The story in the land of Ravka, which is a lot like Tsarist Russia. Except this land is plagued by a place called The Shadow Fold, an impenetrable darkness that divides that land and is teeming with monsters. This darkness was created long ago by one called the Darkling, who can call in darkness. There are people with special magical skills; they are the Grisha. Some can create fire, some can heal and others beautify. Only the Darkling can call darkness. But what they need is a Sun Summoner, whose power to call the light of the sun can destroy the Shadow Fold. Could it be the savior of the land doesn’t even know what power is contained within?

A unique and exciting start to a trilogy as well as a start to a debut author’s career, Shadow and Bone will keep you up past your bedtime.

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Why You Should Make Your Bed Every Day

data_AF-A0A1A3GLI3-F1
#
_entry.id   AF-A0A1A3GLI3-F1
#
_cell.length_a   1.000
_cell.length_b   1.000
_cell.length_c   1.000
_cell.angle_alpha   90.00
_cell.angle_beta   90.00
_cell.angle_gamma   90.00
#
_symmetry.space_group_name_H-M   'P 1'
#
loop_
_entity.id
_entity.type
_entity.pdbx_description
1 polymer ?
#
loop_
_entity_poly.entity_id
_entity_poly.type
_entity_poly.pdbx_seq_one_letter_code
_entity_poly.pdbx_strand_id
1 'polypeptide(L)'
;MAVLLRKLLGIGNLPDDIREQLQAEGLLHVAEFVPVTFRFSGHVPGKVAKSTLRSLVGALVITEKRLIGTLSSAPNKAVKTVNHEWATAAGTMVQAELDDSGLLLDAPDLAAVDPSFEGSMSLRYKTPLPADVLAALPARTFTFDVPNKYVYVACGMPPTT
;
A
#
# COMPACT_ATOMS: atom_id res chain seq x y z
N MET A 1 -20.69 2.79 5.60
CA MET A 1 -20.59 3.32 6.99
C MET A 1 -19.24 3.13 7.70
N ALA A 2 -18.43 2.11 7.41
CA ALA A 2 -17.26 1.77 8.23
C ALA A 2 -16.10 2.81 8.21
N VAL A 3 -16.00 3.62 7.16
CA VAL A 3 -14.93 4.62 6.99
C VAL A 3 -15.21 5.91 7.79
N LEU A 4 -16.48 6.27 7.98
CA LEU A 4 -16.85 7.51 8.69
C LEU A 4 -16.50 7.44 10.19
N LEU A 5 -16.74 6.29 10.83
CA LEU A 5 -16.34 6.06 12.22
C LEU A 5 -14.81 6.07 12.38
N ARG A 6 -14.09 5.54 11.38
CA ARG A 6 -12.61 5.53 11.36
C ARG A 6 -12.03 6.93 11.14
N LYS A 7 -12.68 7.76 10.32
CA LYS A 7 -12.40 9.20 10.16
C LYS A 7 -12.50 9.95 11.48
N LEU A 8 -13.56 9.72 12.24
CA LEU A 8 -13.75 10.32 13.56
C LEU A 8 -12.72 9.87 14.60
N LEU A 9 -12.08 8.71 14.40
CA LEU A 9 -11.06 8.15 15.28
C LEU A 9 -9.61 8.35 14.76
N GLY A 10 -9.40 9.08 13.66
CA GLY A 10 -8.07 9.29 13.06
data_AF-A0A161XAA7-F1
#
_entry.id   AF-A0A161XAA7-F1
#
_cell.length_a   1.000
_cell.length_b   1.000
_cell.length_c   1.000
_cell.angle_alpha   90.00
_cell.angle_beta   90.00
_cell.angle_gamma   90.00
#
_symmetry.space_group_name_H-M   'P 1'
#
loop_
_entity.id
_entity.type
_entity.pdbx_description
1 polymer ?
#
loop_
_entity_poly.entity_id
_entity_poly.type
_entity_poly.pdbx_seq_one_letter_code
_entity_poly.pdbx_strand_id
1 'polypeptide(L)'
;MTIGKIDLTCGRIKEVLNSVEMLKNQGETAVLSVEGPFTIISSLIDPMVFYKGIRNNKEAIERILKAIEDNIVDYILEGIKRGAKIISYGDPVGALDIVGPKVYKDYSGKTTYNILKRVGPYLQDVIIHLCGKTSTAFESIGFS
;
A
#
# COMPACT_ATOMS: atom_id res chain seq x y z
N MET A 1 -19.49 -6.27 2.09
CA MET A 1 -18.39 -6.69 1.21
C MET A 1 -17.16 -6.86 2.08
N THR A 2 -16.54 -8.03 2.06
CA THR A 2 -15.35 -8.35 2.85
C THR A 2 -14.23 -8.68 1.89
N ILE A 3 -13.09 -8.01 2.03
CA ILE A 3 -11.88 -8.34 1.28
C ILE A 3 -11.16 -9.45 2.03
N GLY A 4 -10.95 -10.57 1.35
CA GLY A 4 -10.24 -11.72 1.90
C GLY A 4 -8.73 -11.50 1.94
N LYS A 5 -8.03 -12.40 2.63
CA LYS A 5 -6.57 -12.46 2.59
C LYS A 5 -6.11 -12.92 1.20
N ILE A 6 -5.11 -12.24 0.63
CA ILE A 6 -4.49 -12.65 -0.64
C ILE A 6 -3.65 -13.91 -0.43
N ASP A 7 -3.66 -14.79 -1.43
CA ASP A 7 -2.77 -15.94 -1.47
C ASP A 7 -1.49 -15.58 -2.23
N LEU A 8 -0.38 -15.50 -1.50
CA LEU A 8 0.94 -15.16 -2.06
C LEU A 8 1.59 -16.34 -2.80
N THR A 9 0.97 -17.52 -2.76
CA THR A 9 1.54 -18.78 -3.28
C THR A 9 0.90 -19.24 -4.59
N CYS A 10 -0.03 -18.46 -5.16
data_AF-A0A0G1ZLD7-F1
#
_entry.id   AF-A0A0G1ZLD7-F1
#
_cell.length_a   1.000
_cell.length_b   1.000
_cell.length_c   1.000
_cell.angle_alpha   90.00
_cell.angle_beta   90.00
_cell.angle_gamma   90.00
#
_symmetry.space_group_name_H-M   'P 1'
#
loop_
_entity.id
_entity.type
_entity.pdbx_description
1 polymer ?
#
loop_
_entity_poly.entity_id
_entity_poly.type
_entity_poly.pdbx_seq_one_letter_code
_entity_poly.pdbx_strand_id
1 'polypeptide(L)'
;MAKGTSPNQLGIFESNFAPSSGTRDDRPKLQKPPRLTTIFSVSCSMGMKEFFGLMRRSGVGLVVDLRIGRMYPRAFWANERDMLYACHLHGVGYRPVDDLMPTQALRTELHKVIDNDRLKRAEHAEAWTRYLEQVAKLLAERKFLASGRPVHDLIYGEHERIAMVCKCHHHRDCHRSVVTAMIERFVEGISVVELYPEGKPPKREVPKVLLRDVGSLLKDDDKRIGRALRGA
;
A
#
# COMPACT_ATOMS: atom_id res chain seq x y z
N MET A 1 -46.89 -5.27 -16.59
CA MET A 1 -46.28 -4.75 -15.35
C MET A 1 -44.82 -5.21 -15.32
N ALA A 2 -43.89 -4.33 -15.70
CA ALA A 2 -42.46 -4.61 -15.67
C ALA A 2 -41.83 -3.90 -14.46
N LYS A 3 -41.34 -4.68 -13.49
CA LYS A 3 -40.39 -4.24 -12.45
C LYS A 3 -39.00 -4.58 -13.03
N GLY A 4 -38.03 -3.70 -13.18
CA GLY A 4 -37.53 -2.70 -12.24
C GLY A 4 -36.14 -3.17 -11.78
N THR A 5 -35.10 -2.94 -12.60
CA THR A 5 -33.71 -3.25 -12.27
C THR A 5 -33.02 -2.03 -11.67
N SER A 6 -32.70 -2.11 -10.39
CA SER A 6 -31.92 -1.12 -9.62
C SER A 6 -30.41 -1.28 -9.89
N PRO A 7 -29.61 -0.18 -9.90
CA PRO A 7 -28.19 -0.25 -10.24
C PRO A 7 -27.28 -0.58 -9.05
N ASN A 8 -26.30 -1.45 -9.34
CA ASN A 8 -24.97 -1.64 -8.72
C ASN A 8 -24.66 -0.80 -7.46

Post by Tracy Kaler.

Making your bed might seem insignificant, but actually, this simple task can start things off on the right foot and positively affect the rest of your day. Not sure how to properly dress a bed? Head over to this previous blog post I wrote for a little help. For now, though, read on for five reasons why your bed should never go unmade.

You’ll get motivated.
Starting your day with a positive action will put you in the mood to work and accomplish other tasks. Getting motivated in the a.m. is a surefire way to have a successful workday.

One good habit leads to another.
Daily bed-making is an excellent habit to get into, and will undoubtedly lead to other good habits, such as eating a healthy breakfast, keeping to a schedule, and staying focused throughout the day.

Your bedroom will feel less cluttered.
Who would have thought? Taking five or ten minutes each morning to make your bed will leave your room with a more organized feel. That’s a pretty simple fix, if you ask me.

You can have visitors at any time.
Surprise visitor? If you’ve made the bed, you won’t feel embarrassed when your best friend pops in unannounced. You’ll look like you have everything under control (even if you don’t).

You’ll feel happier as you get into bed at the end of a long day.
Looking at a perfectly made bed is satisfying at any time, but particularly when it’s time for bed. Pull down your comforter and sheets, fluff your pillows, and crawl into your nest until tomorrow. Sweet dreams!